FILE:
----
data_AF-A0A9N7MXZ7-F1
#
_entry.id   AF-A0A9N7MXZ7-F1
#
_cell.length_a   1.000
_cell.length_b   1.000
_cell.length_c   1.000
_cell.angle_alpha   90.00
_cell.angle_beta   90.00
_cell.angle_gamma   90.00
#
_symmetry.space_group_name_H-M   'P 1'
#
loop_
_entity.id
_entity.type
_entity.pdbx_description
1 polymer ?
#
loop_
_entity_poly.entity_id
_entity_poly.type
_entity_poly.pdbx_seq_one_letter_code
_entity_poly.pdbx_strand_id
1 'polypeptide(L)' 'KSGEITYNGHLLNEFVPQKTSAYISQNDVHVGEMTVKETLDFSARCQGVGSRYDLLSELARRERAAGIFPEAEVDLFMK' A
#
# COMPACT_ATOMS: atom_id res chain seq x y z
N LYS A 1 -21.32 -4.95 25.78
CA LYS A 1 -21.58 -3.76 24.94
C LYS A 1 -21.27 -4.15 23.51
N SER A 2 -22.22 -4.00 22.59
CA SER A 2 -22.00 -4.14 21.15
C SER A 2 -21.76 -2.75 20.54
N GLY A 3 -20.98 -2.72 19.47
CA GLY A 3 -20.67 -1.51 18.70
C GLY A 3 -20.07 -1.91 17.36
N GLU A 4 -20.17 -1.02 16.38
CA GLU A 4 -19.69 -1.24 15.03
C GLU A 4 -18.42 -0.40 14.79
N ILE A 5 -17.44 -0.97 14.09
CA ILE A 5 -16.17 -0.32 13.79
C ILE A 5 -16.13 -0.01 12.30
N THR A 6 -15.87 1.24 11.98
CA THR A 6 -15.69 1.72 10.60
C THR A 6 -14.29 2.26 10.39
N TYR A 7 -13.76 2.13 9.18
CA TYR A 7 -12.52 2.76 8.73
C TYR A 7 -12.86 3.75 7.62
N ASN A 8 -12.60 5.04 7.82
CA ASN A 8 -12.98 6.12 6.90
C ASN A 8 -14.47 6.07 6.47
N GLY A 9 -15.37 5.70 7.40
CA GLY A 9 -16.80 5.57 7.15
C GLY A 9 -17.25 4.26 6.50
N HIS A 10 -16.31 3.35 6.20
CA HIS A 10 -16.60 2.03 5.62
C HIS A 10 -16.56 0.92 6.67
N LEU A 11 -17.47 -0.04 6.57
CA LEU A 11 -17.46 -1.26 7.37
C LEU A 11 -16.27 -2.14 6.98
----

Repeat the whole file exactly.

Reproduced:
data_AF-A0A9N7MXZ7-F1
#
_entry.id   AF-A0A9N7MXZ7-F1
#
_cell.length_a   1.000
_cell.length_b   1.000
_cell.length_c   1.000
_cell.angle_alpha   90.00
_cell.angle_beta   90.00
_cell.angle_gamma   90.00
#
_symmetry.space_group_name_H-M   'P 1'
#
loop_
_entity.id
_entity.type
_entity.pdbx_description
1 polymer ?
#
loop_
_entity_poly.entity_id
_entity_poly.type
_entity_poly.pdbx_seq_one_letter_code
_entity_poly.pdbx_strand_id
1 'polypeptide(L)' 'KSGEITYNGHLLNEFVPQKTSAYISQNDVHVGEMTVKETLDFSARCQGVGSRYDLLSELARRERAAGIFPEAEVDLFMK' A
#
# COMPACT_ATOMS: atom_id res chain seq x y z
N LYS A 1 -21.32 -4.95 25.78
CA LYS A 1 -21.58 -3.76 24.94
C LYS A 1 -21.27 -4.15 23.51
N SER A 2 -22.22 -4.00 22.59
CA SER A 2 -22.00 -4.14 21.15
C SER A 2 -21.76 -2.75 20.54
N GLY A 3 -20.98 -2.72 19.47
CA GLY A 3 -20.67 -1.51 18.70
C GLY A 3 -20.07 -1.91 17.36
N GLU A 4 -20.17 -1.02 16.38
CA GLU A 4 -19.69 -1.24 15.03
C GLU A 4 -18.42 -0.40 14.79
N ILE A 5 -17.44 -0.97 14.09
CA ILE A 5 -16.17 -0.32 13.79
C ILE A 5 -16.13 -0.01 12.30
N THR A 6 -15.87 1.24 11.98
CA THR A 6 -15.69 1.72 10.60
C THR A 6 -14.29 2.26 10.39
N TYR A 7 -13.76 2.13 9.18
CA TYR A 7 -12.52 2.76 8.73
C TYR A 7 -12.86 3.75 7.62
N ASN A 8 -12.60 5.04 7.82
CA ASN A 8 -12.98 6.12 6.90
C ASN A 8 -14.47 6.07 6.47
N GLY A 9 -15.37 5.70 7.40
CA GLY A 9 -16.80 5.57 7.15
C GLY A 9 -17.25 4.26 6.50
N HIS A 10 -16.31 3.35 6.20
CA HIS A 10 -16.60 2.03 5.62
C HIS A 10 -16.56 0.92 6.67
N LEU A 11 -17.47 -0.04 6.57
CA LEU A 11 -17.46 -1.26 7.37
C LEU A 11 -16.27 -2.14 6.98